The trust that comes into being only as a result of the death of a person whose will provides for the creation of the trust after his death; hence, the term "testamentary."
 The person who makes a will. Testatrix is the female equivalent, but it is common as a convenience to use the term testator for either a man or a woman.
 A legal entity established either by a trust agreement signed by a person during the person's life or arising after death from a will or testamentary trust. The trust is governed by the terms in the documents. A trust can last as long as 50 years, if not longer, so must be written with great care.
 The individual or corporation who in a trust has bare legal title to the assets and has the power given in the trust to carry out the wishes of the person or persons (settlor or trustor) who created the trust. The trustee has a fiduciary obligation to the trust's beneficiaries. The trustee is subject to strict regulation. Although the trustee has legal title for convenience, the beneficial or equitable title is in fact owned by the beneficiaries. When there is more than one trustee, the trustees are called co-trustees.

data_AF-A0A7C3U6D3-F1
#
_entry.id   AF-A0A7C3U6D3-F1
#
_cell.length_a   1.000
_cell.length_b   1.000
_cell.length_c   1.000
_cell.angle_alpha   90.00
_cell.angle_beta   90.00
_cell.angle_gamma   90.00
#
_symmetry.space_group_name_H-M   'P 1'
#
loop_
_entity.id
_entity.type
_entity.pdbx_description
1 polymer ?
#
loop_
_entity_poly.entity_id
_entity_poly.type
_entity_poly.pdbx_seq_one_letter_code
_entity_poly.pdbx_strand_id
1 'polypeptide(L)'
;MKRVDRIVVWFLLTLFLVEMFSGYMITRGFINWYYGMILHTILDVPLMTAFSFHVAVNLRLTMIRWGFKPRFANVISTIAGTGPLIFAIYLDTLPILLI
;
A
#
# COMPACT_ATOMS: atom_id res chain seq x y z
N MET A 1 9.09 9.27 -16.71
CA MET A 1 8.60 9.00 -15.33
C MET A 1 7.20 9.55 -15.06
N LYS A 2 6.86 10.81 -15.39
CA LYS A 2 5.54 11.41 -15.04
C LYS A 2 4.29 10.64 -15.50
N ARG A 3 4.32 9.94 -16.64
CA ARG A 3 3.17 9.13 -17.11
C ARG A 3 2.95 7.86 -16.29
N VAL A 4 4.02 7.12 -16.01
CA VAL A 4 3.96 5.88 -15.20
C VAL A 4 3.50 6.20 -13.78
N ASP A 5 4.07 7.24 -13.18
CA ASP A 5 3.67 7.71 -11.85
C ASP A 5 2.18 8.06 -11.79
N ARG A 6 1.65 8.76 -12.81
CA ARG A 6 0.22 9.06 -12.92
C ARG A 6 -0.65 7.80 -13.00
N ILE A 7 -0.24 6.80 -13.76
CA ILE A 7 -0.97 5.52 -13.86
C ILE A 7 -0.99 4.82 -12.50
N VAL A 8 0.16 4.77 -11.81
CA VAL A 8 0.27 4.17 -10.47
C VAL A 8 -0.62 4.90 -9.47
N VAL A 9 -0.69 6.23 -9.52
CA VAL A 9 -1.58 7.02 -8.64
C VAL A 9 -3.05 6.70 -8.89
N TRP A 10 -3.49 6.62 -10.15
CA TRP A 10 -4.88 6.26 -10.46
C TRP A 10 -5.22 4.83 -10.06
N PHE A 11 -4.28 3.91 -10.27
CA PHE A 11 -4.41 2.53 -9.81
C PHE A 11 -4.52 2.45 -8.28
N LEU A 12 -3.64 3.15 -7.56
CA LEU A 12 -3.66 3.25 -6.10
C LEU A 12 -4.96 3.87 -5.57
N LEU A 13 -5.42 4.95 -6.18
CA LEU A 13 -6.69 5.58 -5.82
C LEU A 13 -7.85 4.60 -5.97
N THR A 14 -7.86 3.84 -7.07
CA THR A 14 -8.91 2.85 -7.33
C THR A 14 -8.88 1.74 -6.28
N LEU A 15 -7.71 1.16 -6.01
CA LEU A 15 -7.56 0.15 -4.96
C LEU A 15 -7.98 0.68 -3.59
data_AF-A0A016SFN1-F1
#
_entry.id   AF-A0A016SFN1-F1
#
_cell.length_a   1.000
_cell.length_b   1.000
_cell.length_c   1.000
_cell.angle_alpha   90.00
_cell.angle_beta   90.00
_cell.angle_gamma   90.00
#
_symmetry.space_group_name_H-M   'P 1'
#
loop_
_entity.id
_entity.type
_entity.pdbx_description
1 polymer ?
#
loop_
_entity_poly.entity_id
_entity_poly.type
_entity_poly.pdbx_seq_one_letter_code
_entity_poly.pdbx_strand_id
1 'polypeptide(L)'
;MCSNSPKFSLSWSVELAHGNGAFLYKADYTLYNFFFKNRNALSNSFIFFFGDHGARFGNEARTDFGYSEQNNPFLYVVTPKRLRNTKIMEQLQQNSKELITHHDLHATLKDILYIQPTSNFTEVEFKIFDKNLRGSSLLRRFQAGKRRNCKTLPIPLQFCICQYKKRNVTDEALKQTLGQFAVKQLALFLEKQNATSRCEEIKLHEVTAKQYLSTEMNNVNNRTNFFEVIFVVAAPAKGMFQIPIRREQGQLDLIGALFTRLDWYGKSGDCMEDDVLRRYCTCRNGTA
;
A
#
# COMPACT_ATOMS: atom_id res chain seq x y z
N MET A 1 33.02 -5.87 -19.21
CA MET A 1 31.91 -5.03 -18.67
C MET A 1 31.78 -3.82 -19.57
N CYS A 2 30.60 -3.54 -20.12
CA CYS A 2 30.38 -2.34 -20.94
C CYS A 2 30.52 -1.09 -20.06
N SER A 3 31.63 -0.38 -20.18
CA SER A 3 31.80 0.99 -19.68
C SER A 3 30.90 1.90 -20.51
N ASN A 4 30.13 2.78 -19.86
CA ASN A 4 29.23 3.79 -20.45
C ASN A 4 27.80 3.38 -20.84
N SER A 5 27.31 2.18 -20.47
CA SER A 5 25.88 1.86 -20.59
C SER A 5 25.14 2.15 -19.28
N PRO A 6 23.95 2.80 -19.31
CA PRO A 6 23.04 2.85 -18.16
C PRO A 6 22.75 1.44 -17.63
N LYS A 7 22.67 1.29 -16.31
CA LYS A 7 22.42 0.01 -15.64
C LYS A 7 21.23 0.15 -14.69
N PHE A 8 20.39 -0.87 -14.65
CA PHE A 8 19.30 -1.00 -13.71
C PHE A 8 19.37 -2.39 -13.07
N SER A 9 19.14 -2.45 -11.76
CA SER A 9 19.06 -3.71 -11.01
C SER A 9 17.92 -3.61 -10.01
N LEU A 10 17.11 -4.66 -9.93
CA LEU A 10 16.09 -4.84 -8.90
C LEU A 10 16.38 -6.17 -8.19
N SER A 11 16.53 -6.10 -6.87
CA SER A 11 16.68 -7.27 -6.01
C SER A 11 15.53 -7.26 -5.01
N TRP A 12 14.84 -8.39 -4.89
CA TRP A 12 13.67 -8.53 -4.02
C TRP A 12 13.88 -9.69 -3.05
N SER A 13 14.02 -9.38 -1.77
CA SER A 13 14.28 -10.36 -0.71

The person who establishes the trust. There can be more than one trustor.
 Effective January 1, 1977, the separate estate and gift tax schedules were combined into a single new tax schedule, so that the cumulative value of taxable gifts made during life is added to the value of the decedent's estate in determining the applicable estate tax rates. The same tax rates apply to both lifetime gifts and to the estate left at death. The annual exclusion per donee is now $10,000, and the availability of the annual exclusion still gives the attorney opportunities to recommend a gift program to the client. Gifts of school tuition payments and payments of medical care which the donor paid directly to the providers are no longer taxable as gifts. See Gift tax annual exclusion.
 The unified "credit" is a dollar amount deducted from a "tentative tax." The unified tax credit amount is now $192,800. The financial impact of the unified credit is that, in most instances, an estate of up to $600,000 will not be subject to estate or gift tax.  The unified credit, as altered in the 1997 tax act, is scheduled to increase to $1,000,000 over the next few years.
 The document a person signs to provide for the orderly disposition of his or her assets after death, in accord with that person's wishes to provide for family security and protection and to minimize death taxes.